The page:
Gorgon Ransomware happens to be another version of FilesLocker Ransomware that targets users in Korea, China, and the English-speaking countries. This is actually good news because FilesLocker Ransomware and other similar infections can be decrypted. Therefore, you do not need to scramble in search of options to restore your files. You just need to remove Gorgon Ransomware for good, and then refer to cybersecurity specialists for the publicly available decryption code. You would also do well if you were to protect your system from similar intruders in the future.
When this program enters your computer, it starts encrypting target files immediately. Once the files have been encrypted, you will notice the difference at once. Encrypted files will have the ‘.[firstname.lastname@example.org]’ extension appended to their filenames, and the system will no longer be able to read those files.
Just like most of the infections in the same group, Gorgon Ransomware will also play an audio file that says the following: “Hello. Attention! Your documents, images, databases and other important files have been encrypted!” If you keep your speakers on all the time, this notice might really take you by surprise.
The surprise element is something that is extremely important for any ransomware infection. They need you to panic so that you would be more willing to spend your money on the decryption key. The ransom note says that you have to pay 0.3 BTC (a bit over $1,000) for the decryption key. It says that the criminals behind Gorgon Ransomware will send you the decryption tool once you have transferred the payment.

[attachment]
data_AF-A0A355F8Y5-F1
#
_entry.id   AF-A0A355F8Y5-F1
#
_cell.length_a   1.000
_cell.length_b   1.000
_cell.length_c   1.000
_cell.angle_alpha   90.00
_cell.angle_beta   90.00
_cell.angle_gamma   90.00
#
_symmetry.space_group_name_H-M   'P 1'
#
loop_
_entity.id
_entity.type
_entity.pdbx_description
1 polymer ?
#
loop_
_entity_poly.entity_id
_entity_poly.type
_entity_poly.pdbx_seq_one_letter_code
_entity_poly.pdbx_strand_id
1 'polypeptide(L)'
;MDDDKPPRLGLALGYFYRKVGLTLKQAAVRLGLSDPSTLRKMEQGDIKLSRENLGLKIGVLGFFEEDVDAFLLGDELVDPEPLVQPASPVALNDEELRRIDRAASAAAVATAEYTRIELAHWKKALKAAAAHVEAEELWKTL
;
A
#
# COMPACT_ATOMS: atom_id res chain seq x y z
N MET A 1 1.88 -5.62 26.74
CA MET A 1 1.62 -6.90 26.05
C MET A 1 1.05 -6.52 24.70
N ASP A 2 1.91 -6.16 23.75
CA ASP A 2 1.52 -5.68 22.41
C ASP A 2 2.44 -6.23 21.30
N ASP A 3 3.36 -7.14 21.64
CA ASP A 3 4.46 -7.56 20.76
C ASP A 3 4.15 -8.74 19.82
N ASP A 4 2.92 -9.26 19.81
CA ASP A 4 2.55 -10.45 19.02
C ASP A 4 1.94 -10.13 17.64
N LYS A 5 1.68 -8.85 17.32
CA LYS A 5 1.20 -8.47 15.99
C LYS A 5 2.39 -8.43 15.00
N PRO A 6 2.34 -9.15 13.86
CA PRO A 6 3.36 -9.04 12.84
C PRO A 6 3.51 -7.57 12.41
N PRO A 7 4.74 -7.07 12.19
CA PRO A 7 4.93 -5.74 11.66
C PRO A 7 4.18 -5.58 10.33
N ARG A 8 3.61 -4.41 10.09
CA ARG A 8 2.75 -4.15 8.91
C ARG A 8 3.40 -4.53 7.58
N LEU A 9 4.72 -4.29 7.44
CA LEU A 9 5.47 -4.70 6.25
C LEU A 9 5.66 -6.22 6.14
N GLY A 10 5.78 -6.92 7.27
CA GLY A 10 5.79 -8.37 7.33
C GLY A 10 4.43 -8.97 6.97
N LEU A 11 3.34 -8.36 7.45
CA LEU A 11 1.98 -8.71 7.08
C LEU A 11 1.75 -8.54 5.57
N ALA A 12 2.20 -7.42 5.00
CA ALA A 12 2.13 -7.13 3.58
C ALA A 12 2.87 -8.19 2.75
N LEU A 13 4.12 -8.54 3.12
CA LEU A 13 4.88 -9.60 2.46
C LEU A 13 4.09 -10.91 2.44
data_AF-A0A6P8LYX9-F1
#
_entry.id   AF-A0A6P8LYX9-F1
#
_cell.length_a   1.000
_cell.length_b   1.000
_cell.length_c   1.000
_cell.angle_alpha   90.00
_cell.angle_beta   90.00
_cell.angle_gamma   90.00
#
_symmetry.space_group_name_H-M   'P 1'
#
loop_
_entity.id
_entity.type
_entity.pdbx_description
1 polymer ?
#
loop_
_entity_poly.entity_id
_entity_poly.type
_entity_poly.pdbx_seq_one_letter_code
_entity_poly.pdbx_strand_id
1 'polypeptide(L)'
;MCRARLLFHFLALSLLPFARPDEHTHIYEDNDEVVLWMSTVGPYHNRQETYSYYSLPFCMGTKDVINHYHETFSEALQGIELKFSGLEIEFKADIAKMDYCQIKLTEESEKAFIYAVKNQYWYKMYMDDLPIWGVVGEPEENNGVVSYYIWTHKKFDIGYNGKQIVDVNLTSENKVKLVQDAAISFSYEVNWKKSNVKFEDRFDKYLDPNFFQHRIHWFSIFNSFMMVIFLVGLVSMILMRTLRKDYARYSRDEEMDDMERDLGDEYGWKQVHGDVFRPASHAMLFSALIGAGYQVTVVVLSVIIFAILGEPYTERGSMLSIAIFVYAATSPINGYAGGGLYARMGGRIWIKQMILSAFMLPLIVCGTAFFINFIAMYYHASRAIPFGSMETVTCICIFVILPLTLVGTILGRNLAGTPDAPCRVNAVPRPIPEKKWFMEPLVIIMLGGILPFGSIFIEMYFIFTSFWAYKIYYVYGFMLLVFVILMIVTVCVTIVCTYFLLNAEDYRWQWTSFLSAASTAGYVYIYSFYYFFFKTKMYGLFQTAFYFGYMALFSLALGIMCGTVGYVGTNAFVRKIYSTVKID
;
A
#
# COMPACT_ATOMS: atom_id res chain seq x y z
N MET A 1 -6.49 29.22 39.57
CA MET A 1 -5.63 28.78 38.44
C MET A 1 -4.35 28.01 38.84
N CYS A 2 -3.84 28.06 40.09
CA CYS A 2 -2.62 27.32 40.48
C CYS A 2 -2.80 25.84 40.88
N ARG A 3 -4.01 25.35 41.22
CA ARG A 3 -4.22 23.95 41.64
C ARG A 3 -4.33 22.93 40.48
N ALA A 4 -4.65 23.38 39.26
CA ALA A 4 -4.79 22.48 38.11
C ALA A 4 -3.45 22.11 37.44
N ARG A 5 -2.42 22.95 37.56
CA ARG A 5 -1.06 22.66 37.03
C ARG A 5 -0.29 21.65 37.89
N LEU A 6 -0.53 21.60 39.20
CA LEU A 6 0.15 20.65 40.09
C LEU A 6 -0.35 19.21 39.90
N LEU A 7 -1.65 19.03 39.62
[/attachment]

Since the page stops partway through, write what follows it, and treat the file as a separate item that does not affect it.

However, there is no guarantee that these people would really send you this tool. What’s more, since there are public decryption tools available, you should not spend your money on these things. Of course, it is never a good idea to give your money away to these criminals in the first place. Just bear in mind that to use the public decryption key, you will need the ransom notes, so do not delete them along with Gorgon Ransomware.
Also, you have to avoid similar infections in the future, so please be careful whenever you are about to open an email attachment received from an unknown sender. It is always a good idea to double-check before you open anything. What’s more, if you think that you must have the file, but you do not know if it is safe, you can also scan it with a security tool, and you will know for sure.
On the other hand, Gorgon Ransomware does not create any Point of Execution, so you do not need to modify your Windows Registry entries, and it is rather easy to remove Gorgon Ransomware manually. The program will try to harvest and stream your browser information (like your history and saved passwords), so the sooner you get rid of it, the better. You should also run a full system scan with a legitimate security tool of your choice to make sure that there are no other dangerous intruders on your system.